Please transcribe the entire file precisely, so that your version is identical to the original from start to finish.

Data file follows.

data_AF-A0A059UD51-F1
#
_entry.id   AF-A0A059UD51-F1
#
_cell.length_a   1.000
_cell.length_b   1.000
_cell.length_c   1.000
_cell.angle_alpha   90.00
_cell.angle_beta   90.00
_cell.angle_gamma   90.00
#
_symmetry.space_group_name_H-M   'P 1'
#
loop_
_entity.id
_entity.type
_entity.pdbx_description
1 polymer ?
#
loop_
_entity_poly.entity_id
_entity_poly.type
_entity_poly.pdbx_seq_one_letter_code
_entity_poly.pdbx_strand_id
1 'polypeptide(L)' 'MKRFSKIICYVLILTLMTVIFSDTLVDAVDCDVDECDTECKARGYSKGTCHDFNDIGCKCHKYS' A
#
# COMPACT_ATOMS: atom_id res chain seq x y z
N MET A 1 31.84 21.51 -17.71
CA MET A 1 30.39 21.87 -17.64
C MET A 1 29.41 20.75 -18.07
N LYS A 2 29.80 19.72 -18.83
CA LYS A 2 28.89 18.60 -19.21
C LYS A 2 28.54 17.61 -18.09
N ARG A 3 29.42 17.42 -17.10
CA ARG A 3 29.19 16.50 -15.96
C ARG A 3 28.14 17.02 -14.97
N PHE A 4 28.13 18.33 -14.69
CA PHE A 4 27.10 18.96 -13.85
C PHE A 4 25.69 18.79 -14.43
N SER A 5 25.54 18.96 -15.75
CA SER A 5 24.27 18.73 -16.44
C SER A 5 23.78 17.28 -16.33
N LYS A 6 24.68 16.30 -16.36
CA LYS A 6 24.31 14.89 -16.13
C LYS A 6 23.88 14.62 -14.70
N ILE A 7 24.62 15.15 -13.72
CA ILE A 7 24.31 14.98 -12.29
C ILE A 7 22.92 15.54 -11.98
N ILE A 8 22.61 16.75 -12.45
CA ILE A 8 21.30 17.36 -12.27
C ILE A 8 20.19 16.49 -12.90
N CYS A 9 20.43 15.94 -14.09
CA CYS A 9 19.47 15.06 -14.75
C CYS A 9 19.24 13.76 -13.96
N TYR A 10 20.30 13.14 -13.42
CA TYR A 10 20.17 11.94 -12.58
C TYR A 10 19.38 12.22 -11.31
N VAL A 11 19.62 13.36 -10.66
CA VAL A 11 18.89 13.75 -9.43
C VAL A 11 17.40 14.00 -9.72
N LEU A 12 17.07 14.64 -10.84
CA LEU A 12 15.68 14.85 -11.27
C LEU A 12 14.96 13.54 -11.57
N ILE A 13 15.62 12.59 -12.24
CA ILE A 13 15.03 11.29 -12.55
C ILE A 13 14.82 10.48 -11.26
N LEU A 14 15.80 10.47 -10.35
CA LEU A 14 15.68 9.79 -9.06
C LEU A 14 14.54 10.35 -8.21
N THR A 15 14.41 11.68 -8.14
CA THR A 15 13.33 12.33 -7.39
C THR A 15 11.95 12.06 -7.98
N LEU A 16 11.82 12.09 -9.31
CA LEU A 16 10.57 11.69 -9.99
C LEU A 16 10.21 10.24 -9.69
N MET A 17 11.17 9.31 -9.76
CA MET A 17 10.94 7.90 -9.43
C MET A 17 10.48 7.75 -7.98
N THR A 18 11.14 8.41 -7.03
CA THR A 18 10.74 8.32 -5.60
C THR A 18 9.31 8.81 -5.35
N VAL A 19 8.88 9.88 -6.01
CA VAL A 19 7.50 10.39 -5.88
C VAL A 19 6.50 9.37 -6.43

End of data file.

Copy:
data_AF-A0A059UD51-F1
#
_entry.id   AF-A0A059UD51-F1
#
_cell.length_a   1.000
_cell.length_b   1.000
_cell.length_c   1.000
_cell.angle_alpha   90.00
_cell.angle_beta   90.00
_cell.angle_gamma   90.00
#
_symmetry.space_group_name_H-M   'P 1'
#
loop_
_entity.id
_entity.type
_entity.pdbx_description
1 polymer ?
#
loop_
_entity_poly.entity_id
_entity_poly.type
_entity_poly.pdbx_seq_one_letter_code
_entity_poly.pdbx_strand_id
1 'polypeptide(L)' 'MKRFSKIICYVLILTLMTVIFSDTLVDAVDCDVDECDTECKARGYSKGTCHDFNDIGCKCHKYS' A
#
# COMPACT_ATOMS: atom_id res chain seq x y z
N MET A 1 31.84 21.51 -17.71
CA MET A 1 30.39 21.87 -17.64
C MET A 1 29.41 20.75 -18.07
N LYS A 2 29.80 19.72 -18.83
CA LYS A 2 28.89 18.60 -19.21
C LYS A 2 28.54 17.61 -18.09
N ARG A 3 29.42 17.42 -17.10
CA ARG A 3 29.19 16.50 -15.96
C ARG A 3 28.14 17.02 -14.97
N PHE A 4 28.13 18.33 -14.69
CA PHE A 4 27.10 18.96 -13.85
C PHE A 4 25.69 18.79 -14.43
N SER A 5 25.54 18.96 -15.75
CA SER A 5 24.27 18.73 -16.44
C SER A 5 23.78 17.28 -16.33
N LYS A 6 24.68 16.30 -16.36
CA LYS A 6 24.31 14.89 -16.13
C LYS A 6 23.88 14.62 -14.70
N ILE A 7 24.62 15.15 -13.72
CA ILE A 7 24.31 14.98 -12.29
C ILE A 7 22.92 15.54 -11.98
N ILE A 8 22.61 16.75 -12.45
CA ILE A 8 21.30 17.36 -12.27
C ILE A 8 20.19 16.49 -12.90
N CYS A 9 20.43 15.94 -14.09
CA CYS A 9 19.47 15.06 -14.75
C CYS A 9 19.24 13.76 -13.96
N TYR A 10 20.30 13.14 -13.42
CA TYR A 10 20.17 11.94 -12.58
C TYR A 10 19.38 12.22 -11.31
N VAL A 11 19.62 13.36 -10.66
CA VAL A 11 18.89 13.75 -9.43
C VAL A 11 17.40 14.00 -9.72
N LEU A 12 17.07 14.64 -10.84
CA LEU A 12 15.68 14.85 -11.27
C LEU A 12 14.96 13.54 -11.57
N ILE A 13 15.62 12.59 -12.24
CA ILE A 13 15.03 11.29 -12.55
C ILE A 13 14.82 10.48 -11.26
N LEU A 14 15.80 10.47 -10.35
CA LEU A 14 15.68 9.79 -9.06
C LEU A 14 14.54 10.35 -8.21
N THR A 15 14.41 11.68 -8.14
CA THR A 15 13.33 12.33 -7.39
C THR A 15 11.95 12.06 -7.98
N LEU A 16 11.82 12.09 -9.31
CA LEU A 16 10.57 11.69 -9.99
C LEU A 16 10.21 10.24 -9.69
N MET A 17 11.17 9.31 -9.76
CA MET A 17 10.94 7.90 -9.43
C MET A 17 10.48 7.75 -7.98
N THR A 18 11.14 8.41 -7.03
CA THR A 18 10.74 8.32 -5.60
C THR A 18 9.31 8.81 -5.35
N VAL A 19 8.88 9.88 -6.01
CA VAL A 19 7.50 10.39 -5.88
C VAL A 19 6.50 9.37 -6.43